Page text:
Clutch Gallery

Contact: Meg Duguid
Open Hours: yes


How is the project operated?
Clutch is an artist-run project.

How long has it been in existence?
Clutch has been running since December 2009.

What was your motivation?
“I carry a purse and now I am going to use it.”

This was my introduction to Clutch Gallery, a 25-square-inch space located in the heart of my purse. I initially conceived of Clutch when I moved back to Chicago from New York after an almost seven-year absence. My intent was to play on the grand, and somewhat unwritten, history of artist-run spaces in this city. It felt at that time it was almost a given that artists should open their own space and so I opened Clutch in my space, my purse.

Number of organizers/responsible persons of the project.
So far Clutch has been programmed by me (Meg Duguid) (2009-2011), Emma Robbins (January-July 2012), Paul Hopkin (October 2012 and May/June 2015), Georgina Valverde (Society of Smallness) (2013-2016), and Tanner Woodford (Chicago Design Museum) (2017).

How are programs funded?
Clutch is fully self-funded. The start-up costs included $5 plus shipping for the purse on eBay, and a little wood and paint to make the gallery space. After that initial investment, each carrier has been responsible for wall upkeep and any exhibition costs (which are nominal).

Who is responsible for the programming?
Each carrier/curator has been responsible for programming.

Number and average duration of exhibitions/events per year.
Clutch has done anywhere from 4- to 15 exhibitions per year with some additional programming depending on the curator.

What kind of events are usually organized?
This curatorial project is dedicated to exhibiting contemporary art of all media. It has exhibited sculpture, painting and drawing, installation, video, and performance.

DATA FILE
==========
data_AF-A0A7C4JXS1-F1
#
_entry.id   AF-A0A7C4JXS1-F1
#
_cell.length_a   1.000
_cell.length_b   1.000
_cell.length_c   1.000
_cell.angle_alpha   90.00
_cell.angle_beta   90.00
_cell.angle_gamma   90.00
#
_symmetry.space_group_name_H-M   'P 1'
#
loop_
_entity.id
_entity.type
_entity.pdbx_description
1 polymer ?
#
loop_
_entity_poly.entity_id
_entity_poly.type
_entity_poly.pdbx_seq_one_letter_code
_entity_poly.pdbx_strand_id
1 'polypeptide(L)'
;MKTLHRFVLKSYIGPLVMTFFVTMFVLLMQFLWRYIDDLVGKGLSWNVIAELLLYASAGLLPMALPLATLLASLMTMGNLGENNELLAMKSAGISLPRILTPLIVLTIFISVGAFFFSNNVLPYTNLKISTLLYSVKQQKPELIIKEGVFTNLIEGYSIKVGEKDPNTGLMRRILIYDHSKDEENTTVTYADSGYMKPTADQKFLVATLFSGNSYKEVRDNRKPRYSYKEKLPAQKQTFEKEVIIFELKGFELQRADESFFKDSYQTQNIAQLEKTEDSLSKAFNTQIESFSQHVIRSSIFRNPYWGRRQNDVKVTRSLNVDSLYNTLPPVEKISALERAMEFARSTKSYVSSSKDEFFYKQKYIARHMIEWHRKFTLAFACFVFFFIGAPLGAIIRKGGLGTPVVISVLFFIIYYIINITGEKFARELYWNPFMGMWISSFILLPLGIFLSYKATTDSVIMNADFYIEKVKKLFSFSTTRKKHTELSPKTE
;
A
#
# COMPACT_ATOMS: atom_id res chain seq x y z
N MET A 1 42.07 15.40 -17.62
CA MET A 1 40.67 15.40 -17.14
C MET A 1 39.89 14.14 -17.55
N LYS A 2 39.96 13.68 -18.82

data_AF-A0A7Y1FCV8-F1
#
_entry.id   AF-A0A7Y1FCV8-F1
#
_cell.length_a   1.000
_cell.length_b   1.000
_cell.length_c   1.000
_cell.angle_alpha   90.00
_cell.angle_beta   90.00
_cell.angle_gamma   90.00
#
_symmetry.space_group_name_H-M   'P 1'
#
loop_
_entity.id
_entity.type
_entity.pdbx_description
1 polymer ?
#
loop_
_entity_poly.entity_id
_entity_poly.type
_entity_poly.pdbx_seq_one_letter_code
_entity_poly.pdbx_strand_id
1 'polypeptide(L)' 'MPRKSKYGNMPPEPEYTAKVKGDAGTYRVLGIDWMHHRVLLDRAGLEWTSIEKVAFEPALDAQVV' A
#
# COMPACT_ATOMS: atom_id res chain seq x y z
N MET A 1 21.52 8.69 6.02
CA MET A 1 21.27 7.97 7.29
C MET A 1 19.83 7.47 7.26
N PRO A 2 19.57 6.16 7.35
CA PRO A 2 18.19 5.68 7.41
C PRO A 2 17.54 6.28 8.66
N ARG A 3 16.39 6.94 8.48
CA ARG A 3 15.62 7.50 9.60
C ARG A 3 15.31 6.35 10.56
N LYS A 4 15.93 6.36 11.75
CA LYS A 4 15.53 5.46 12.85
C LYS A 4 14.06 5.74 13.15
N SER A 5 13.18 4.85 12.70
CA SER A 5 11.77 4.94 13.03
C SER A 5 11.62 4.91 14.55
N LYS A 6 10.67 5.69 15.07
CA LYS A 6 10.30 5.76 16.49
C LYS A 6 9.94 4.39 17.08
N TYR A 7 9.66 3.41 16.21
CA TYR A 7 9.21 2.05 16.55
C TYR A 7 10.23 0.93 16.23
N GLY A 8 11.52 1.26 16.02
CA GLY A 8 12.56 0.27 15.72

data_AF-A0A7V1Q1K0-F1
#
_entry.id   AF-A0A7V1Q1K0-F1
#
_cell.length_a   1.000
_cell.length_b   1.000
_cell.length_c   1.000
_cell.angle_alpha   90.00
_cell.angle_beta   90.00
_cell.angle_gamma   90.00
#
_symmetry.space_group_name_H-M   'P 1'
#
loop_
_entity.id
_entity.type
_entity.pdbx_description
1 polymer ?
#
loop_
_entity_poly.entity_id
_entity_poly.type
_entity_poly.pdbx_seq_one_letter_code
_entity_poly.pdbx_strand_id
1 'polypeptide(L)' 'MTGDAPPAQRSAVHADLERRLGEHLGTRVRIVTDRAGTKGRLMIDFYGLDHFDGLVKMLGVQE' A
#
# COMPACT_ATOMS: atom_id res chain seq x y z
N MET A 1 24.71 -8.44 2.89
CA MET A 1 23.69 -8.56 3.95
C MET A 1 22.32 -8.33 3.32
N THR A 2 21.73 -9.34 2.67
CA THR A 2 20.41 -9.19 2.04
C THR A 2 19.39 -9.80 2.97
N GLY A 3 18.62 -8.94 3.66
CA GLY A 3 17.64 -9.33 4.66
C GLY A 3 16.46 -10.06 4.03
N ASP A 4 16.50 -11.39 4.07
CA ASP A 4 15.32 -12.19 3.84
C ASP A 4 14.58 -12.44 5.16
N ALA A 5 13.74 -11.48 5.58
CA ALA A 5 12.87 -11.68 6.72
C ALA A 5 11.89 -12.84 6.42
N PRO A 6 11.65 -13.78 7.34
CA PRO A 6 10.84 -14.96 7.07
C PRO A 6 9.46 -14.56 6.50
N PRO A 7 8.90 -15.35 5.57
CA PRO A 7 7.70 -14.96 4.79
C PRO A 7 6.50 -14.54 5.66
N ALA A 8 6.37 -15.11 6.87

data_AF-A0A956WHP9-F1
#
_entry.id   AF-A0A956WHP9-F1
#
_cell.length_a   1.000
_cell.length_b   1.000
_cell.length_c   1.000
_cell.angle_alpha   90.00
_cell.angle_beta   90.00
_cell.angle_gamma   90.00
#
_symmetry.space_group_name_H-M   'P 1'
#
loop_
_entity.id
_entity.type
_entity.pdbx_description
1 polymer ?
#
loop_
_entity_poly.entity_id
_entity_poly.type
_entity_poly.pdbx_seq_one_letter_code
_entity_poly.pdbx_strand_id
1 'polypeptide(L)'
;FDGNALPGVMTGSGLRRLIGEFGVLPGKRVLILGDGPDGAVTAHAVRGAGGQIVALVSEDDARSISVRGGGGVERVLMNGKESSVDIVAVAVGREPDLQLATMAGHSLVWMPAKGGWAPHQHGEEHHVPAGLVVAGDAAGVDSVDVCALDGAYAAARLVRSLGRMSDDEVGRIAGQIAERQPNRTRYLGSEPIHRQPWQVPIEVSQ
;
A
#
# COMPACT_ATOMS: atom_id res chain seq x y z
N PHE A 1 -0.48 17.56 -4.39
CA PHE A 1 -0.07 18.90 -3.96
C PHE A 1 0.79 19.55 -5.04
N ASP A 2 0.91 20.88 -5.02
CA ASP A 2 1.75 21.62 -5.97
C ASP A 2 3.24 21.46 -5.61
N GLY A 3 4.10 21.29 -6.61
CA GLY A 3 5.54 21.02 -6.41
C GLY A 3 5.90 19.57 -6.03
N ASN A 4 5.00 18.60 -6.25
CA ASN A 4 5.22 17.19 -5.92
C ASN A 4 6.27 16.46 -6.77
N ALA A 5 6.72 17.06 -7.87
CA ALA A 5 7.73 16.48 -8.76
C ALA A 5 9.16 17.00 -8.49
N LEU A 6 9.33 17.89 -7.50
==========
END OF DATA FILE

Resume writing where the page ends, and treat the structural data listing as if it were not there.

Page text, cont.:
Do you accept proposals/submissions?
Sometimes. It has depended on the person running it at the time

What is your artistic/curatorial approach?
In opening Clutch, I initially intended to maintain regular programming through December 2010, but I continued to carry and program it until the end of 2011 in the belief that it would die a fitting and natural death by wearing out from daily use.

In running Clutch, I was responsible for each job in my gallery—I was preparator, gallery assistant, director, marketing director, but most importantly I was a performer. The space for me was really an extension of my practice that a number of other artists were generous enough to collaborate in.

Toward the end of 2011, carrying Clutch had started to feel more like a Sisyphean task rather than a Herculean one. I had thought that the purse itself would wear out in 2011, but it did not. So I put it up for others to carry and curate. Clutch at that point evolved from being an extension of my performance practice to being a tool that others could use to extend their practices. For Emma it served as a direct curatorial tool to expand what she could do with her curatorial practice. Her shows had longer runs, and she brought Clutch international, taking it to Buenos Aires. Paul Hopkin, who is the director of Slow, also extended his gallery practice into Clutch twice. The first time, in 2012, Hopkin used clutch to play on the idea of the group show with an exhibition of seven artists, and the second time he used Clutch as a literal direct extension of the project in his space where Slow presented The Break Age, a three-and-a-half solo shows by Benjamin Zellmer Bellas across four venues: Slow, Modest Contemporary, DO Mus, and Clutch.